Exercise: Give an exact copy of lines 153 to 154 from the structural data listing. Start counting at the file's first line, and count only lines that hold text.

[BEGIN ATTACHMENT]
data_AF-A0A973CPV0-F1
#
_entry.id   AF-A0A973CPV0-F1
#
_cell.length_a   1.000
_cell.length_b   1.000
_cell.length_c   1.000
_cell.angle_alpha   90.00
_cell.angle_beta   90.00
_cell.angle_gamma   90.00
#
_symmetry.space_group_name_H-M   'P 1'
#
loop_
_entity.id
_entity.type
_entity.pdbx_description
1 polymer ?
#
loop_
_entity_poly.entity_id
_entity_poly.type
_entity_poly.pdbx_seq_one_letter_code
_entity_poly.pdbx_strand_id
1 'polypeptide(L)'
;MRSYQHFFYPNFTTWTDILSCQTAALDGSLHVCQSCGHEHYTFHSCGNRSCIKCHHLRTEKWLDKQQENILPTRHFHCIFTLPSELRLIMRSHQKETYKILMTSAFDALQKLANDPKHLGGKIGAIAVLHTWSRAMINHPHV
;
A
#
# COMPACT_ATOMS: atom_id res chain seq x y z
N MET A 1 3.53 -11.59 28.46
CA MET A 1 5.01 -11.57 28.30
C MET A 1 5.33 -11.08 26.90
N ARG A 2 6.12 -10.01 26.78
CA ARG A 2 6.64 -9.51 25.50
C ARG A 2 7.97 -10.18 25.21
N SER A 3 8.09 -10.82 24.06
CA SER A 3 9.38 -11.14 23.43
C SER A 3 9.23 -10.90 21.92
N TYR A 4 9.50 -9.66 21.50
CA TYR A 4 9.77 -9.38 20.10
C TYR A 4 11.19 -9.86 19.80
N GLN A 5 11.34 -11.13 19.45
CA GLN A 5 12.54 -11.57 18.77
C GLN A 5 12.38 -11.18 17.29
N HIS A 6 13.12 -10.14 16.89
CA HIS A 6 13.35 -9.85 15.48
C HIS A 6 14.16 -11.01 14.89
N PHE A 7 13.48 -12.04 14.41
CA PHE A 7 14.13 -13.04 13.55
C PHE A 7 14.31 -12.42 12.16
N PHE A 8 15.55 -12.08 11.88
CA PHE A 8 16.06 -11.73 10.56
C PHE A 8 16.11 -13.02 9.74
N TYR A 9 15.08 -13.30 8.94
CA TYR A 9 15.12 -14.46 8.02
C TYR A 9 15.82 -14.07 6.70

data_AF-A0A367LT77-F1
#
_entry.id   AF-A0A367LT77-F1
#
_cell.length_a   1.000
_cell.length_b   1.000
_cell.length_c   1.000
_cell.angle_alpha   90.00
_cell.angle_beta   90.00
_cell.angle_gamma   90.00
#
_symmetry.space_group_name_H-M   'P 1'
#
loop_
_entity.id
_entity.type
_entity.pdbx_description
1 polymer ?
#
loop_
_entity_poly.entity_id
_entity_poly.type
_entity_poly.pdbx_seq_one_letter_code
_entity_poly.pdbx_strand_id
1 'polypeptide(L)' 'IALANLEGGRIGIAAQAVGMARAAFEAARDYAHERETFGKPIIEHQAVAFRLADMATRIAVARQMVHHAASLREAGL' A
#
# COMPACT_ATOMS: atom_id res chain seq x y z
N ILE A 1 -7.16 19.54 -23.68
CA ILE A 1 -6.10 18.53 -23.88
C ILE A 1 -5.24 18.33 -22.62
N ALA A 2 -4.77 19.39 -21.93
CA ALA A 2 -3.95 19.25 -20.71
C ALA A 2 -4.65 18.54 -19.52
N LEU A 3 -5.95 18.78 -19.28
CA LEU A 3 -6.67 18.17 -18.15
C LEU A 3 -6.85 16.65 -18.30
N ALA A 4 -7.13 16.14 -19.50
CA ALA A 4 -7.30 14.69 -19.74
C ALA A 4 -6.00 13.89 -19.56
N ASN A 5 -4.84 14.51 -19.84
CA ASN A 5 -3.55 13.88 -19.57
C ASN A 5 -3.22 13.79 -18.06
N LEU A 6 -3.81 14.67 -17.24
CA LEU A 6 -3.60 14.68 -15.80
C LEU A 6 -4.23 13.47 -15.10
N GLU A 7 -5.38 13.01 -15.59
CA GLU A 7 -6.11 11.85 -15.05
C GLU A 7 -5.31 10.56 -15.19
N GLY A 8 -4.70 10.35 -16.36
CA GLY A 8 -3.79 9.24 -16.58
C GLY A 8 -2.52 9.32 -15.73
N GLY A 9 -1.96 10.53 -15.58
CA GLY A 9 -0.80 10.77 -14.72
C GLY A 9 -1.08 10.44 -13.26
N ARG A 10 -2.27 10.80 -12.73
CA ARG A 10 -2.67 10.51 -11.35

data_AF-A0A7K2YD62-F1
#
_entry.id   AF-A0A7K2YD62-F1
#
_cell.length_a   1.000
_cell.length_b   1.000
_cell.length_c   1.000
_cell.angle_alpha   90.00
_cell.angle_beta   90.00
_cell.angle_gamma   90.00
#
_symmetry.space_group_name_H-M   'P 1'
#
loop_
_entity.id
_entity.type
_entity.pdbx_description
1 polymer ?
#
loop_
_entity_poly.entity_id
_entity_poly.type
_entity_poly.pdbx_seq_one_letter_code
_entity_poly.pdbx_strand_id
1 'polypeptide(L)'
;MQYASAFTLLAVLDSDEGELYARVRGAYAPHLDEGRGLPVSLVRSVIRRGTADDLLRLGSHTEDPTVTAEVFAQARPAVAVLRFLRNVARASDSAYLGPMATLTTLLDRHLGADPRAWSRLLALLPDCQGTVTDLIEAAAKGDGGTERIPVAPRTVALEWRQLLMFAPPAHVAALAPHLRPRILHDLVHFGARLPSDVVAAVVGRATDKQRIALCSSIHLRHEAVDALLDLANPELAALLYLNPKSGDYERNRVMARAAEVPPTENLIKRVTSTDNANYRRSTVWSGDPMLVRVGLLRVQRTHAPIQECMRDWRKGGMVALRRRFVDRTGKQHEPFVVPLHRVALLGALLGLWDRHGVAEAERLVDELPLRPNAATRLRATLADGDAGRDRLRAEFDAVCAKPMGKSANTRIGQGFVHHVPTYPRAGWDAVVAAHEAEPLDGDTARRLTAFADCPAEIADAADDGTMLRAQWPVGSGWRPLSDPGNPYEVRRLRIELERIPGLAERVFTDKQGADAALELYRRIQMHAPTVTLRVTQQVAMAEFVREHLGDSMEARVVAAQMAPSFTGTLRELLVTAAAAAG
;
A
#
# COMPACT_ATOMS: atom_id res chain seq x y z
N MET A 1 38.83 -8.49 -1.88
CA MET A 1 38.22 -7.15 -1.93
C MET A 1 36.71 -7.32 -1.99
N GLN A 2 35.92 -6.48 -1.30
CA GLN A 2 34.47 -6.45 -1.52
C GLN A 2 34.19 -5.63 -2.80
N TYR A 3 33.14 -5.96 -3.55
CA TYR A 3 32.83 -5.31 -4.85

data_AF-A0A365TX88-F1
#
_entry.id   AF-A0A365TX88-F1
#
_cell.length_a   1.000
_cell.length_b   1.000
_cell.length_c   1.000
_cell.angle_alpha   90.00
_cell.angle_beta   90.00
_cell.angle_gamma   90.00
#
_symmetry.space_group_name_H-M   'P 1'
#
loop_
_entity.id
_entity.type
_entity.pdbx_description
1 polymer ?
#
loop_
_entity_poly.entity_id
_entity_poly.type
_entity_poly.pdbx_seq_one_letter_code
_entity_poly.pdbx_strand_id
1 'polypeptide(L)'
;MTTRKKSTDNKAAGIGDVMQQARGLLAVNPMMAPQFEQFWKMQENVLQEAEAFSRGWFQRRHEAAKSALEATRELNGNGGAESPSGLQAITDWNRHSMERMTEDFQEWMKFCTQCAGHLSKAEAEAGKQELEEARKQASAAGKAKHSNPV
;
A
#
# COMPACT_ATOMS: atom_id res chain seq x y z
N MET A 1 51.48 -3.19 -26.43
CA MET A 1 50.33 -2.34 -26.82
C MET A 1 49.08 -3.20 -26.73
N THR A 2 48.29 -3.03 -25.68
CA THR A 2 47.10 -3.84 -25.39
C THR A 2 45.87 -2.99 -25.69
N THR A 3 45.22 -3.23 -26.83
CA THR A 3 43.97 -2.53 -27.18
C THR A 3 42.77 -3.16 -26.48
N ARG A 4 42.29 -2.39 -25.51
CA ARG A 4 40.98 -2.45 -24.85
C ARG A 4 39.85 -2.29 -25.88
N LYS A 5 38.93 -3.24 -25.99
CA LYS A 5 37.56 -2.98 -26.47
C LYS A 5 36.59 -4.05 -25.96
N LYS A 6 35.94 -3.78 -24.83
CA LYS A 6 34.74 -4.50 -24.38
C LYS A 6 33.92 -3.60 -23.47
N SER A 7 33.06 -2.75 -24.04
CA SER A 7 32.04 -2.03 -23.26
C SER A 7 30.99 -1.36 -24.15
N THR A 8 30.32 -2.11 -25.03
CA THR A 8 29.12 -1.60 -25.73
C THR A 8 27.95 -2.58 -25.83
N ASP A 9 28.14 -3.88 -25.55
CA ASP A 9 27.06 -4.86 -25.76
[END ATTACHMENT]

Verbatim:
#
_entry.id   AF-A0A365TX88-F1